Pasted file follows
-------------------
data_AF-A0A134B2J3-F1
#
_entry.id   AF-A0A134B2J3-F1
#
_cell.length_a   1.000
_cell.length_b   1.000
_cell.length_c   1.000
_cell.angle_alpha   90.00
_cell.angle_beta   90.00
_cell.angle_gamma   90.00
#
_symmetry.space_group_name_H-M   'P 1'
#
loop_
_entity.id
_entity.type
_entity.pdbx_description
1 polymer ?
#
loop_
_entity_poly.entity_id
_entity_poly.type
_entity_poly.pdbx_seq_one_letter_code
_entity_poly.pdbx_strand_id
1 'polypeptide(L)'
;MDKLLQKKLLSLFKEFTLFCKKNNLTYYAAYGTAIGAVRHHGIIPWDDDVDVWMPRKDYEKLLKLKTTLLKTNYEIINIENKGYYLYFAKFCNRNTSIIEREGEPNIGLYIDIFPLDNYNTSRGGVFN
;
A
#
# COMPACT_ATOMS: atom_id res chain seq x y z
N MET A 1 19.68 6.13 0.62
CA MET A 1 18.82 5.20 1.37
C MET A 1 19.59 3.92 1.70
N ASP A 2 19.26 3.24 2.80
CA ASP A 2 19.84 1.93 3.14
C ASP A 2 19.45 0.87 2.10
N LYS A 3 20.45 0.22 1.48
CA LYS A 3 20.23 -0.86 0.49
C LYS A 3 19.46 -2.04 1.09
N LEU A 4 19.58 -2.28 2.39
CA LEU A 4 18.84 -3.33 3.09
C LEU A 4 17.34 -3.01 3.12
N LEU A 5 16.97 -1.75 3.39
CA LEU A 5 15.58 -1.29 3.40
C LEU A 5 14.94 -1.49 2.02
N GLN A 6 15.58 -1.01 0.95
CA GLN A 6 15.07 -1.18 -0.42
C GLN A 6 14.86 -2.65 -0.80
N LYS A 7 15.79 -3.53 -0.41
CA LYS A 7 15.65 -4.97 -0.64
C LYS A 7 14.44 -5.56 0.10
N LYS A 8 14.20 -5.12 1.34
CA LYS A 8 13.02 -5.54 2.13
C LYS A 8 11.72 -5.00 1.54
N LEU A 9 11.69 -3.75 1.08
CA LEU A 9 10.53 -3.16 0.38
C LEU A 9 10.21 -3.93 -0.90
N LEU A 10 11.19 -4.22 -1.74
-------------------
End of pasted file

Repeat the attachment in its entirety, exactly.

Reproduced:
data_AF-A0A134B2J3-F1
#
_entry.id   AF-A0A134B2J3-F1
#
_cell.length_a   1.000
_cell.length_b   1.000
_cell.length_c   1.000
_cell.angle_alpha   90.00
_cell.angle_beta   90.00
_cell.angle_gamma   90.00
#
_symmetry.space_group_name_H-M   'P 1'
#
loop_
_entity.id
_entity.type
_entity.pdbx_description
1 polymer ?
#
loop_
_entity_poly.entity_id
_entity_poly.type
_entity_poly.pdbx_seq_one_letter_code
_entity_poly.pdbx_strand_id
1 'polypeptide(L)'
;MDKLLQKKLLSLFKEFTLFCKKNNLTYYAAYGTAIGAVRHHGIIPWDDDVDVWMPRKDYEKLLKLKTTLLKTNYEIINIENKGYYLYFAKFCNRNTSIIEREGEPNIGLYIDIFPLDNYNTSRGGVFN
;
A
#
# COMPACT_ATOMS: atom_id res chain seq x y z
N MET A 1 19.68 6.13 0.62
CA MET A 1 18.82 5.20 1.37
C MET A 1 19.59 3.92 1.70
N ASP A 2 19.26 3.24 2.80
CA ASP A 2 19.84 1.93 3.14
C ASP A 2 19.45 0.87 2.10
N LYS A 3 20.45 0.22 1.48
CA LYS A 3 20.23 -0.86 0.49
C LYS A 3 19.46 -2.04 1.09
N LEU A 4 19.58 -2.28 2.39
CA LEU A 4 18.84 -3.33 3.09
C LEU A 4 17.34 -3.01 3.12
N LEU A 5 16.97 -1.75 3.39
CA LEU A 5 15.58 -1.29 3.40
C LEU A 5 14.94 -1.49 2.02
N GLN A 6 15.58 -1.01 0.95
CA GLN A 6 15.07 -1.18 -0.42
C GLN A 6 14.86 -2.65 -0.80
N LYS A 7 15.79 -3.53 -0.41
CA LYS A 7 15.65 -4.97 -0.64
C LYS A 7 14.44 -5.56 0.10
N LYS A 8 14.20 -5.12 1.34
CA LYS A 8 13.02 -5.54 2.13
C LYS A 8 11.72 -5.00 1.54
N LEU A 9 11.69 -3.75 1.08
CA LEU A 9 10.53 -3.16 0.38
C LEU A 9 10.21 -3.93 -0.90
N LEU A 10 11.19 -4.22 -1.74